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Ipsilateral vaccination improves response to second dose of COVID-19 vaccine

*Important notice: Preprints with The Lancet publishes preliminary scientific reports that are not peer-reviewed and, therefore, should not be regarded as conclusive, guide clinical practice/health-related behavior, or treated as established information.

In a recent study posted to the Preprints with The Lancet* server, researchers examine whether the involvement of the ipsilateral or contralateral lymph nodes differentially affected vaccine-induced cellular and humoral immunity during sequential vaccination. This observational study was conducted among a cohort of severe acute respiratory syndrome coronavirus 2 (SARS-CoV-2) naïve individuals who received two doses of the Pfizer-BioNTech BNT162b2 coronavirus disease 2019 (COVID-19) messenger ribonucleic acid (mRNA) vaccine.

Study: Differences in SARS-CoV-2 Specific Humoral and Cellular Immune Responses after Contralateral and Ipsilateral COVID-19 Vaccination. Image Credit: Inside Creative House /


As with many other vaccines, clinicians follow a dual-dose primary vaccination regimen for BNT162b2. According to current recommendations, BNT1262b2 is administered in the deltoid muscle in the upper arm.

Generally, an individual seeking vaccination elects the non-dominant arm for administering both doses of the BNT162b2 vaccine. Limited studies have examined the effect of choosing the ipsilateral or contralateral side of the arm when administering the second BNT162b2 vaccine dose.

Nevertheless, some studies have examined these effects in adults and infants for other vaccines, including the rabies vaccine, which is given as a four-dose series. However, these studies were limited to the analysis of vaccine-triggered antibodies and yielded conflicting results. Thus, there is an urgent need for more studies addressing how vaccine administration site affects the outcome of sequential vaccination.

About the study

In the current study, researchers extensively searched the Cochrane Central Registry and Medline to retrieve controlled human trials that examined the immunological effects of sequential vaccinations carried out in different extremities using relevant search terms, including contralateral or ipsilateral.

Study participants were recruited from two sites in Germany between March 1, 2021, and  September 10, 2021. These SARS-CoV-2 naïve individuals had either received both doses of BNT162b2 in the same arm or the second dose in their contralateral arm.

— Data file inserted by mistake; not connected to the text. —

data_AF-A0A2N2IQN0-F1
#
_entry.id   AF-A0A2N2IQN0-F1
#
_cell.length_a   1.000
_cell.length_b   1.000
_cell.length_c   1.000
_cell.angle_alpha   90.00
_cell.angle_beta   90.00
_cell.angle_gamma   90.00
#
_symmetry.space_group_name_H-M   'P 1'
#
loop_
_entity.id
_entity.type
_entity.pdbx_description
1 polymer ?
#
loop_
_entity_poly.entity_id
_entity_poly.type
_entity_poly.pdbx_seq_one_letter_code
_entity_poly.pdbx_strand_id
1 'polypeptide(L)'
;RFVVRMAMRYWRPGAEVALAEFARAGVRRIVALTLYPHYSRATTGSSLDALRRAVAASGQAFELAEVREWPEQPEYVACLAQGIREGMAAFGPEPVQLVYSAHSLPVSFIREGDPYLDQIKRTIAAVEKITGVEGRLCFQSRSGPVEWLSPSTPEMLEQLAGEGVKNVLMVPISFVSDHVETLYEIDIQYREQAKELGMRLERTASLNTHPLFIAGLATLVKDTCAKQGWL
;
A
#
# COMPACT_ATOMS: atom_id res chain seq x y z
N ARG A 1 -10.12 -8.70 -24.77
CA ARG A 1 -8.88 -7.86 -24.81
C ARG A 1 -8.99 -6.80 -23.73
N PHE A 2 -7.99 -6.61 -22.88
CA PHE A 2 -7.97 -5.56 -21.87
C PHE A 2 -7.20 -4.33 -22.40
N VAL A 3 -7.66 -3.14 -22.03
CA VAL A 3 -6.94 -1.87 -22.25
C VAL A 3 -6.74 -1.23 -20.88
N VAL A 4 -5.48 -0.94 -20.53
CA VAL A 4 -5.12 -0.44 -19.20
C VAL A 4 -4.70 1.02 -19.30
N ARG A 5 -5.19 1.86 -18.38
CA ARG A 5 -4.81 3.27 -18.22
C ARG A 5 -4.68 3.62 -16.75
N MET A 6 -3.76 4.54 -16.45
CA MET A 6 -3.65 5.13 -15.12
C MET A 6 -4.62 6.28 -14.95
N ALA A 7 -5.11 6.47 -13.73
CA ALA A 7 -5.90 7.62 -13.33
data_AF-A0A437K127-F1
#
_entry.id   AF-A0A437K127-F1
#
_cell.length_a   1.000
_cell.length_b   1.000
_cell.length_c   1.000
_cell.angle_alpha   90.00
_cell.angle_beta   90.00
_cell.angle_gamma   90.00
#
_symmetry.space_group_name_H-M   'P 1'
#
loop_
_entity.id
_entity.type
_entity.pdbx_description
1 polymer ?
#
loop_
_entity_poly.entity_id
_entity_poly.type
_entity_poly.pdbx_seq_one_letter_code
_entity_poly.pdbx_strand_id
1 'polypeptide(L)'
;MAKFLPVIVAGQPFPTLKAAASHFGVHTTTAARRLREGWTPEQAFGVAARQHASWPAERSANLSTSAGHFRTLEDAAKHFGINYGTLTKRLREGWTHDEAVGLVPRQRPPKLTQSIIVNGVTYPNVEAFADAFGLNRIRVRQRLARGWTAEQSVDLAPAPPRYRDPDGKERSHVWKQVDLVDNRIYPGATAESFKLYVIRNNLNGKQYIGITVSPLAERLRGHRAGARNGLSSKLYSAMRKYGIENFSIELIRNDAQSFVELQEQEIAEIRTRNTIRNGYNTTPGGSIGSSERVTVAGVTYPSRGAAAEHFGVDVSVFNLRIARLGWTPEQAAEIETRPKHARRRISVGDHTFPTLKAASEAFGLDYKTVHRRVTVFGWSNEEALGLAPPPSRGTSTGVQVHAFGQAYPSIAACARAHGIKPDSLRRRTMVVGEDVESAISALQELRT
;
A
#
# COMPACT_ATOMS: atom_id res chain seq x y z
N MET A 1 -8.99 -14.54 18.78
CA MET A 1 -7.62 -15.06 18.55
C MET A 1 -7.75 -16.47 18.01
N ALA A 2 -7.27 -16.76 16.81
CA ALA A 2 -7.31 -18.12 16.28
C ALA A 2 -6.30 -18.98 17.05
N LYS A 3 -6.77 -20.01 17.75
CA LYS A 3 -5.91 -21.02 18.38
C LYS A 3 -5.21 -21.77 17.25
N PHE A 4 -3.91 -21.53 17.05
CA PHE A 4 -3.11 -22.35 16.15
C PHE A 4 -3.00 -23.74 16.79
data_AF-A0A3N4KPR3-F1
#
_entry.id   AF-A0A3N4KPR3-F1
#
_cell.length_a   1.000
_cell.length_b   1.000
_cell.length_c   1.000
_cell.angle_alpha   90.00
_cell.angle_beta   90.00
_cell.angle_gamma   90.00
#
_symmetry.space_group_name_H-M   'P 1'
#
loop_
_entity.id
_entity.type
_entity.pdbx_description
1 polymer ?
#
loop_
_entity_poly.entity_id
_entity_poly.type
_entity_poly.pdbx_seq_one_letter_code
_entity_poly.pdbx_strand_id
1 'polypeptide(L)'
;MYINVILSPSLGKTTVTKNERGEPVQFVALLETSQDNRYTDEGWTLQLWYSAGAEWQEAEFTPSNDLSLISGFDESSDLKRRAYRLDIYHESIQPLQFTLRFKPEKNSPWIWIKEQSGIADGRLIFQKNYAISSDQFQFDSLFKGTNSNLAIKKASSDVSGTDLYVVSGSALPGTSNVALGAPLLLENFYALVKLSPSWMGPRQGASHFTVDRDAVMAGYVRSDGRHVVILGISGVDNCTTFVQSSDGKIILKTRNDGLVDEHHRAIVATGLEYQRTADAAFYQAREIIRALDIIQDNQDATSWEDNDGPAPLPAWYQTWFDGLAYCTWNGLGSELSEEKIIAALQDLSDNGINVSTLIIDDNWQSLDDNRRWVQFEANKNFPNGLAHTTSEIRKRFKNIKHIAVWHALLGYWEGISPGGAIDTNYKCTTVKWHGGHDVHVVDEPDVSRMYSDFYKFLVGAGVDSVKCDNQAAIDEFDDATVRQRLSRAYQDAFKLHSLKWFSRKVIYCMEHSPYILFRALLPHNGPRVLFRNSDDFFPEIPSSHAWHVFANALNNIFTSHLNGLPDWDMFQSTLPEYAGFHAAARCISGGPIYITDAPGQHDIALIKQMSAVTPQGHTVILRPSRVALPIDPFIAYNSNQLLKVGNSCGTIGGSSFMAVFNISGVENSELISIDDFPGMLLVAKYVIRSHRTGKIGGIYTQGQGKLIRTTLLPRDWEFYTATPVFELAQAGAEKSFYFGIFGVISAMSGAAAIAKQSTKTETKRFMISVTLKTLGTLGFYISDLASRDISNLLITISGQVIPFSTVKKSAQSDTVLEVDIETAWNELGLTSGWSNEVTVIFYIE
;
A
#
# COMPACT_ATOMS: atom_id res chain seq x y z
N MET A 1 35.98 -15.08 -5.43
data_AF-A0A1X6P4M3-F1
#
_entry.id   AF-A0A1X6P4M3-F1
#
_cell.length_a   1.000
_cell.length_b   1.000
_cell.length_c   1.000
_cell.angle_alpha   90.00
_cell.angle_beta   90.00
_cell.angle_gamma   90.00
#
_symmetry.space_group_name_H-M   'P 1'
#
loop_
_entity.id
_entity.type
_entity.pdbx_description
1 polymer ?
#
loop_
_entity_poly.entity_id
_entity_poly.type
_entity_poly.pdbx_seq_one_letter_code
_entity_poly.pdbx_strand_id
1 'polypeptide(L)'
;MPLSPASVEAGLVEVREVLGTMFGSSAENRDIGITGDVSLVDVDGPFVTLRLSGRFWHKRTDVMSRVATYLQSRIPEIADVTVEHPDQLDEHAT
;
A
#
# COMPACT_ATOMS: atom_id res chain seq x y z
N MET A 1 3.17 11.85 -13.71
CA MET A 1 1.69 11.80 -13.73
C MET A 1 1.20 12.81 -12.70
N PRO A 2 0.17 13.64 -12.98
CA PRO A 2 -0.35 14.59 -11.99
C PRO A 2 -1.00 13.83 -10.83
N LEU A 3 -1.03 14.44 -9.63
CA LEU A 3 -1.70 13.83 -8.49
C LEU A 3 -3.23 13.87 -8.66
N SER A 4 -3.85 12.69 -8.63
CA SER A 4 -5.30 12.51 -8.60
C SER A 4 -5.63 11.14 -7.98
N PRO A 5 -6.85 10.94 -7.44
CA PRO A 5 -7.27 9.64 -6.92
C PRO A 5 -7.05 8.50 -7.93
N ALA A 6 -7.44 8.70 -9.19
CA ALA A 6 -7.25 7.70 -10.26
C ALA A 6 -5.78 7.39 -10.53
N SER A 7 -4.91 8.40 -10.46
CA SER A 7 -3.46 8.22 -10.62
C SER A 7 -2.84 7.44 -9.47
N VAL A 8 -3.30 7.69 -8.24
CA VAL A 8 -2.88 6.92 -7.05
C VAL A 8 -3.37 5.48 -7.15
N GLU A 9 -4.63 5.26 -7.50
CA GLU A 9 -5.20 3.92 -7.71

Heparinized blood samples from all study participants were collected 12 to 22 days after receiving the second vaccine dose. SARS-CoV-2 spike (S)-specific immunoglobulin G (IgG) levels in these samples were subsequently determined.

A subset of the larger study cohort was formed to quantify and characterize differential blood counts, B-cell and T-cell subpopulations, and SARS-CoV-2 S-specific CD4 and CD8 T-cell levels using flow cytometry (FC). The researchers also recorded BNT162b2 vaccine-related adverse events in the first seven days post-first and second vaccination and analyzed this data using the Χ2 test.

Study findings

BNT162b2 recipients at ipsilateral or contralateral sides tolerated the vaccine well, with the only adverse events including pain at the injection site and fatigue. Neutralizing antibody (nAb) activity was markedly lower post-contralateral vaccination; however, the magnitude of SARS-CoV-2 S-specific IgG was similar in both groups. Fewer individuals in the contralateral vaccination group exhibited an adequate S-specific CD8 T-cell response.

Although the magnitude of S-specific CD4 T-cells was comparable between both groups, the cytotoxic T-lymphocyte-associated protein 4 (CTLA-4) expression was markedly higher for the contralateral vaccination group. Furthermore, the elicited immune responses were highly variable across both groups.

A likely explanation for these observations is the limited involvement of contralateral lymph nodes, whereas ipsilateral lymph nodes are much larger with higher metabolic activity. Antigen persistence on follicular dendritic cells in the lymph nodes also facilitates B-cell proliferation and affinity maturation after secondary boosting.

Notably, the current study findings align well with previous studies and further validate a more robust induction of specific immunity after ipsilateral vaccination, especially in adults. Note that the right arm has lymphatic drainage through the right lymphatic duct, whereas the left arm, similar to the legs, drains through the thoracic duct.


The activity of vaccine-induced antibodies contributes to protection against SARS-CoV-2 infection, with specific T-cells protecting vaccinated individuals from severe COVID-19. The study findings indicate that ipsilateral administration for the second dose of the COVID-19 vaccine might contribute to overall vaccine effectiveness on a population level.

Moreover, it is feasible to translate these findings into clinical practice without incurring additional costs or posing any potential safety issues. In addition, these findings have relevance to other vaccines administered as a dual dose regimen.

*Important notice: Preprints with The Lancet publishes preliminary scientific reports that are not peer-reviewed and, therefore, should not be regarded as conclusive, guide clinical practice/health-related behavior, or treated as established information.

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